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The escape velocity of a black hole at the event horizon is the speed of light, this means an object that is dropped from the top of the black hole's gravitational well will reach the speed of light (just like an object dropped from the top of earth's gravitational well will reach 15km/s when it hits earth's surface, ard 15km/s is earth's escape velocity at earth's surface). So what if the ball is thrown towards the ground? In the earth example, it will reach 15.01km/s, and in the black hole example it will reach 300,000.01km/s. Does this mean the speed of light in not a speed limit?

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To make this question meaningful, you would have to say what this velocity is to be measured relative to. Furthermore, it has to be measured relative to something local, not something distant. See How do frames of reference work in general relativity, and are they described by coordinate systems?

Relative to some other material object that is also at the horizon, the ball can have any speed you like, as long as it's less than $c$. It depends on the ball's object relative to the other object.

You can say that you want the other object to be one that's at rest relative to the black hole, but that won't work. There are no static, timelike world-lines at or within the event horizon.

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  • $\begingroup$ the velocity of the ball would be measured relative to whatever the escape velocity is relative to. thought that was obvious... $\endgroup$ – Hierarchist Nov 24 '19 at 14:54
  • $\begingroup$ @Hierarchist: When we talk about an escape velocity, we're talking about a velocity relative to a static observer. As explained in the answer, there are no static, timelike world-lines at or within the event horizon. $\endgroup$ – Ben Crowell Nov 25 '19 at 16:24
  • $\begingroup$ So there is no escape velocity at the event horizon? LOL $\endgroup$ – Hierarchist Nov 25 '19 at 16:33
  • $\begingroup$ I'm not talking about the event horizon, I'm talking about one plank distance away from the event horizon. $\endgroup$ – Hierarchist Nov 26 '19 at 19:42
  • $\begingroup$ @safesphere, if the escape velocity at some point in space is some velocity, then that is the velocity of the falling object. $\endgroup$ – Hierarchist Nov 27 '19 at 22:11
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You are not saying it, but I assume you are talking about an object with rest mass. An object with rest mass can never reach the speed of light as per SR.

The velocity of the dropped particle is hiding in the $\gamma$. After some algebra we can find: $$ v = c \sqrt{1 - \left[ \frac{1}{\frac{GM}{c^2} \left( \frac{1}{r_\mathrm{final}} - \frac{1}{r_\mathrm{initial}} \right) + 1} \right]^2}$$ You can check and see that the square root term is always less than 1, so the dropped particle does not go faster than the speed of light!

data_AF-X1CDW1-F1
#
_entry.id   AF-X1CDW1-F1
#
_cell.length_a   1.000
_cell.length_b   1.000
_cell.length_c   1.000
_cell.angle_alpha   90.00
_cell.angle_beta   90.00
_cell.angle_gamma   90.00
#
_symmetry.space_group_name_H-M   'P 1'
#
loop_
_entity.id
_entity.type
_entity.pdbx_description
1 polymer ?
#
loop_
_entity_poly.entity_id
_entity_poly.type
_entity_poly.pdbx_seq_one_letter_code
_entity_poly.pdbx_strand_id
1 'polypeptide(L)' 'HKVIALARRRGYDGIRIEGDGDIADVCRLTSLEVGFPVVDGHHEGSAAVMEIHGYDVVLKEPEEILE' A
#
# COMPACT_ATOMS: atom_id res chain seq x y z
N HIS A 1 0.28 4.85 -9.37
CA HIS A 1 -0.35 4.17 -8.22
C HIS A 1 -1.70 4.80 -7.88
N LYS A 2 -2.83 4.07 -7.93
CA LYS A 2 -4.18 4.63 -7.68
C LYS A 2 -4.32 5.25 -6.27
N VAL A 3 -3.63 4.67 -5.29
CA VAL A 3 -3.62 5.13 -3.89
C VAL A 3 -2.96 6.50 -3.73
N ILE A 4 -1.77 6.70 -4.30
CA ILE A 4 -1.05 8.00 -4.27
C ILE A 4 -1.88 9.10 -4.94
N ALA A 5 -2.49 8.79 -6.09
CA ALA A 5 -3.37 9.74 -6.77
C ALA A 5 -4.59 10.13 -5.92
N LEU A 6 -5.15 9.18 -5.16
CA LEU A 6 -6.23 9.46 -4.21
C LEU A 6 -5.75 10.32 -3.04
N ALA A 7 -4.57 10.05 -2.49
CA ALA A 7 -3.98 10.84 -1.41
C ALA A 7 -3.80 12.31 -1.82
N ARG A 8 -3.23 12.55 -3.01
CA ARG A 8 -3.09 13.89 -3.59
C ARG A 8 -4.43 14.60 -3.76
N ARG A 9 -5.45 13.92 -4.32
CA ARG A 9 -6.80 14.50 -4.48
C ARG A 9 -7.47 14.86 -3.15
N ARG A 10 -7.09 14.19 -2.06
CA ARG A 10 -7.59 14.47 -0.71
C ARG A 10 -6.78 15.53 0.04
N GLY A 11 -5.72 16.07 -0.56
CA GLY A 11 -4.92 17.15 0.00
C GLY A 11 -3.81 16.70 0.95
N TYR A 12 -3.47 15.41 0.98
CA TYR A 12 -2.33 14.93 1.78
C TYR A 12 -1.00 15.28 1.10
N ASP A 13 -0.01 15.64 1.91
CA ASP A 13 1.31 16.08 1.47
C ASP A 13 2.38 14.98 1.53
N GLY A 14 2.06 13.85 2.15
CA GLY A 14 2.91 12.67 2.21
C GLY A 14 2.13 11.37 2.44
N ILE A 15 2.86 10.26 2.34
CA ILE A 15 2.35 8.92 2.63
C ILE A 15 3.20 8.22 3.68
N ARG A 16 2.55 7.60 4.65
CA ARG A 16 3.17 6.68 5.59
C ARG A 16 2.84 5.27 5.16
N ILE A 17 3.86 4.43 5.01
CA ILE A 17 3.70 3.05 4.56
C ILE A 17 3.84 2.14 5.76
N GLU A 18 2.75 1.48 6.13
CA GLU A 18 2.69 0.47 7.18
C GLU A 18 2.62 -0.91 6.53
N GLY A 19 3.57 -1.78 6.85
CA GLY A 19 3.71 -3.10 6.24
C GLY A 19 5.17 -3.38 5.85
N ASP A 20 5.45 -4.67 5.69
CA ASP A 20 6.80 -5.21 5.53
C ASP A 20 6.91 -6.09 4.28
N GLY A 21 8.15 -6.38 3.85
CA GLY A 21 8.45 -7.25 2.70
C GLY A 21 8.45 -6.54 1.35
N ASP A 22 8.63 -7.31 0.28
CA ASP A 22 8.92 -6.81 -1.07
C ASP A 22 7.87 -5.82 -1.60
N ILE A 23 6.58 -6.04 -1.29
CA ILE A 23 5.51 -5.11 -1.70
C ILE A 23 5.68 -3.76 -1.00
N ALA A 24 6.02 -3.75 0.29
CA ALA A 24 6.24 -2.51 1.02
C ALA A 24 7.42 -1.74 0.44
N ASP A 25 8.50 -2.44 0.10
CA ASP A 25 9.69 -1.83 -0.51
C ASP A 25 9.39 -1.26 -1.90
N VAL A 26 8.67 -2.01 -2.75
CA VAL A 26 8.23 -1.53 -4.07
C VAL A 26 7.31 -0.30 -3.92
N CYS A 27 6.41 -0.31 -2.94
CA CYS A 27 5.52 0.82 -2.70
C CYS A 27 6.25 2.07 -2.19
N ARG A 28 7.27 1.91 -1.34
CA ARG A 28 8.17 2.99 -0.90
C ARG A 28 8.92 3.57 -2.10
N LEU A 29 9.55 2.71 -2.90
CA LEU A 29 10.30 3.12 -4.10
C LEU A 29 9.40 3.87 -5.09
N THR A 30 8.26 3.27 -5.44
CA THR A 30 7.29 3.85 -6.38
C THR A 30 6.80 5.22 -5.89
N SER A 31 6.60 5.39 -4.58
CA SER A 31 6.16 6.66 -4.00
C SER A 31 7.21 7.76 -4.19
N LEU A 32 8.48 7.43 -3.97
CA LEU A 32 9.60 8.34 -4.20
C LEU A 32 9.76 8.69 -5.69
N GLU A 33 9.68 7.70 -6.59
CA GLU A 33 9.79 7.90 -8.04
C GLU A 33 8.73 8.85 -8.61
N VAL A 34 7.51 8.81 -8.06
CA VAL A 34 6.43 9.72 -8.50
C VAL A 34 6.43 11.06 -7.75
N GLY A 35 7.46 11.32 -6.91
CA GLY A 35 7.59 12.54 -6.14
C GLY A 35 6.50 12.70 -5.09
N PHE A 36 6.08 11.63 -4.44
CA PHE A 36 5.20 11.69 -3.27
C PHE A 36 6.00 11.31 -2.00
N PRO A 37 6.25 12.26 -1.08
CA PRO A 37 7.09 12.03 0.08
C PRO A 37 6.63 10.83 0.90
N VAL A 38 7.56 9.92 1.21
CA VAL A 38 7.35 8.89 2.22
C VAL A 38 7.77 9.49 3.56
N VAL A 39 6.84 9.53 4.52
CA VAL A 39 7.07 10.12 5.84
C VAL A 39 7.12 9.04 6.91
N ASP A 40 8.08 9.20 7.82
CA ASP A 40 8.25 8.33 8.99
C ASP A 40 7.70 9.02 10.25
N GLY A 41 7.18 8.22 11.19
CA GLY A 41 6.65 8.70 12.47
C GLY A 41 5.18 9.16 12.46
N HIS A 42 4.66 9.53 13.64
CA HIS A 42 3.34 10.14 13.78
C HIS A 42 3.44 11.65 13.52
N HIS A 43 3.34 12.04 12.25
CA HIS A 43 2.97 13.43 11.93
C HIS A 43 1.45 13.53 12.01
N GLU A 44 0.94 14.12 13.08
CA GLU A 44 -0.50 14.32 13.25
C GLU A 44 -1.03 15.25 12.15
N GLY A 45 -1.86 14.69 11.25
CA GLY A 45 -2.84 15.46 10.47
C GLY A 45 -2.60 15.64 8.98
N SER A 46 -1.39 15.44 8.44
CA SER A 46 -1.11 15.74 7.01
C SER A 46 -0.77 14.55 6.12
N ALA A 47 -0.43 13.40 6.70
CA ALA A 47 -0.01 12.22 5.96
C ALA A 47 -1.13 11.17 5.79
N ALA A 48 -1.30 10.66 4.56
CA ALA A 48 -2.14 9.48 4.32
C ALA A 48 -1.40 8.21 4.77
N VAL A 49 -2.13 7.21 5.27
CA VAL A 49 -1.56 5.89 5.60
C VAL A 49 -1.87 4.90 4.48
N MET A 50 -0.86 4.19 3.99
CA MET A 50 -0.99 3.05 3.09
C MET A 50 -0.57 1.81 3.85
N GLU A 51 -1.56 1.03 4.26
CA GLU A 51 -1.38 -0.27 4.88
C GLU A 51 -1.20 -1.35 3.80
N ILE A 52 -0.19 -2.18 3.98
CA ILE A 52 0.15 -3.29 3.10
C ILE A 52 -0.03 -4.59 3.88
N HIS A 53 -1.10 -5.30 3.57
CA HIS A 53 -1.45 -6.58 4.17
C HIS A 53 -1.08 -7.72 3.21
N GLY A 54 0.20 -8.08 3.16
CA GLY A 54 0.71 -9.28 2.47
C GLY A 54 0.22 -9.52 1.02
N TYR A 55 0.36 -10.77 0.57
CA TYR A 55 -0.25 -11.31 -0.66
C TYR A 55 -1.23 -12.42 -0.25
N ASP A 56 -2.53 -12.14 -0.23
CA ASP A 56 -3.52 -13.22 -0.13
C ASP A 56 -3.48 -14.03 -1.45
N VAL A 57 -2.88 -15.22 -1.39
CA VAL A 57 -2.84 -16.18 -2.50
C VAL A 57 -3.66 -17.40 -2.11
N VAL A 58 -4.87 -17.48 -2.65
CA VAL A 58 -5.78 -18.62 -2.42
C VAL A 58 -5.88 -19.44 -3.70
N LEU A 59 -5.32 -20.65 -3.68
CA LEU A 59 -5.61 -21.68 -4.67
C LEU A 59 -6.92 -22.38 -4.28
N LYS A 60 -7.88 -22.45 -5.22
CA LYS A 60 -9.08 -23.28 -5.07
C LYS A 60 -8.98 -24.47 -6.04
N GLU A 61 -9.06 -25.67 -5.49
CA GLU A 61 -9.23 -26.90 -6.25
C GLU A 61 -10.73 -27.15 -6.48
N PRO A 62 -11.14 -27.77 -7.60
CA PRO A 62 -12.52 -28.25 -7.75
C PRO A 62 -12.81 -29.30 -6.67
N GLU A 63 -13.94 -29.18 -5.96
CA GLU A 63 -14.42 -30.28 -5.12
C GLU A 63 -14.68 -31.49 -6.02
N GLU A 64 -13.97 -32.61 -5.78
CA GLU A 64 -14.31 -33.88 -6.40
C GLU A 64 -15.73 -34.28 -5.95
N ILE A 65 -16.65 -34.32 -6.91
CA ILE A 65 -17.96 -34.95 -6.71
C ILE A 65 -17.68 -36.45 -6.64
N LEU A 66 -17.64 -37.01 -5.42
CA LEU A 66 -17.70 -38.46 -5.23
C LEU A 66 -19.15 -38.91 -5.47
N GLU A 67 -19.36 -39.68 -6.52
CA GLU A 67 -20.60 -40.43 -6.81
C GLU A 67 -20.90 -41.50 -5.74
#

Why can an object not reach the speed of light by falling in a gravitational field with constant acceleration?

You are correct, the escape velocity of the black hole is c at the event horizon.

The escape velocity from the surface (i.e., the event horizon) of a Black Hole is exactly c, the speed of light.

What is the escape velocity of a Black Hole?

Though, as per SR, no object with rest mass can reach the speed of light, and even if you drop in your example an object towards the event horizon, it will never reach the speed of light.

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  • $\begingroup$ "You are correct, the escape velocity of the black hole is c at the event horizon.... Though, as per SR, no object with rest mass can reach the speed of light, and even if you drop in your example an object towards the event horizon, it will never reach the speed of light." That's a contradiction. $\endgroup$ – Hierarchist Nov 24 '19 at 14:45
  • $\begingroup$ @Hierarchist There is no contradiction in the quoted statement. Objects falling to a black hole never reach the speed of light. See section 3 here for a detailed explanation: arxiv.org/abs/0804.3619 $\endgroup$ – safesphere Nov 24 '19 at 18:02
  • $\begingroup$ @safesphere, if the escape velocity at the event horizon is the speed of light, then so too is the speed of an object falling from the top of the gravitational well to the event horizon. Let me know if you need help understanding this. $\endgroup$ – Hierarchist Nov 24 '19 at 19:39

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